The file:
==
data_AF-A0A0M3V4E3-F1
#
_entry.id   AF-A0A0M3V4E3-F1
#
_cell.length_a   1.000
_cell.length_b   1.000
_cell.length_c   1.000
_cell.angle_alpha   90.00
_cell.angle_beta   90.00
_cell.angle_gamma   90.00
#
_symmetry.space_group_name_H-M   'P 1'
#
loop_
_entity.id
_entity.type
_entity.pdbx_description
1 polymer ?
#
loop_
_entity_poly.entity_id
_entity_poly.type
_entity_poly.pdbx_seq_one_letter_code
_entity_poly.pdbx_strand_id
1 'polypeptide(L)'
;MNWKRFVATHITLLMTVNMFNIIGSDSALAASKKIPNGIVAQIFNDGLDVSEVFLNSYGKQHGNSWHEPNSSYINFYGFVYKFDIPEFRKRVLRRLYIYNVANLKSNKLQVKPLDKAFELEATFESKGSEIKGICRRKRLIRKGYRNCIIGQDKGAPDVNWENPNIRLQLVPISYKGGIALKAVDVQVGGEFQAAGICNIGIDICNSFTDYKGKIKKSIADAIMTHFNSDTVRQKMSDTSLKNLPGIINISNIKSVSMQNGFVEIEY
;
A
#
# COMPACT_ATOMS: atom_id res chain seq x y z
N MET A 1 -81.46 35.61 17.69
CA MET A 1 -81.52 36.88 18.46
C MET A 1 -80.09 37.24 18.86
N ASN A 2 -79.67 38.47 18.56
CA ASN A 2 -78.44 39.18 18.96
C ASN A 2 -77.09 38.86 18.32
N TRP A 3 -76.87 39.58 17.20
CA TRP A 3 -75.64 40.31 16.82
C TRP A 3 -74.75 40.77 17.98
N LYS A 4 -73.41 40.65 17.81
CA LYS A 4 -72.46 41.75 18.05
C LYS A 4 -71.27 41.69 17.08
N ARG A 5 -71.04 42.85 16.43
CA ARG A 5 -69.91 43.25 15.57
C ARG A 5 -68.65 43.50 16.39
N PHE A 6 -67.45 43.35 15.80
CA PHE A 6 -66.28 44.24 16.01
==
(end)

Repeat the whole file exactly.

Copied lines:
data_AF-A0A0M3V4E3-F1
#
_entry.id   AF-A0A0M3V4E3-F1
#
_cell.length_a   1.000
_cell.length_b   1.000
_cell.length_c   1.000
_cell.angle_alpha   90.00
_cell.angle_beta   90.00
_cell.angle_gamma   90.00
#
_symmetry.space_group_name_H-M   'P 1'
#
loop_
_entity.id
_entity.type
_entity.pdbx_description
1 polymer ?
#
loop_
_entity_poly.entity_id
_entity_poly.type
_entity_poly.pdbx_seq_one_letter_code
_entity_poly.pdbx_strand_id
1 'polypeptide(L)'
;MNWKRFVATHITLLMTVNMFNIIGSDSALAASKKIPNGIVAQIFNDGLDVSEVFLNSYGKQHGNSWHEPNSSYINFYGFVYKFDIPEFRKRVLRRLYIYNVANLKSNKLQVKPLDKAFELEATFESKGSEIKGICRRKRLIRKGYRNCIIGQDKGAPDVNWENPNIRLQLVPISYKGGIALKAVDVQVGGEFQAAGICNIGIDICNSFTDYKGKIKKSIADAIMTHFNSDTVRQKMSDTSLKNLPGIINISNIKSVSMQNGFVEIEY
;
A
#
# COMPACT_ATOMS: atom_id res chain seq x y z
N MET A 1 -81.46 35.61 17.69
CA MET A 1 -81.52 36.88 18.46
C MET A 1 -80.09 37.24 18.86
N ASN A 2 -79.67 38.47 18.56
CA ASN A 2 -78.44 39.18 18.96
C ASN A 2 -77.09 38.86 18.32
N TRP A 3 -76.87 39.58 17.20
CA TRP A 3 -75.64 40.31 16.82
C TRP A 3 -74.75 40.77 17.98
N LYS A 4 -73.41 40.65 17.81
CA LYS A 4 -72.46 41.75 18.05
C LYS A 4 -71.27 41.69 17.08
N ARG A 5 -71.04 42.85 16.43
CA ARG A 5 -69.91 43.25 15.57
C ARG A 5 -68.65 43.50 16.39
N PHE A 6 -67.45 43.35 15.80
CA PHE A 6 -66.28 44.24 16.01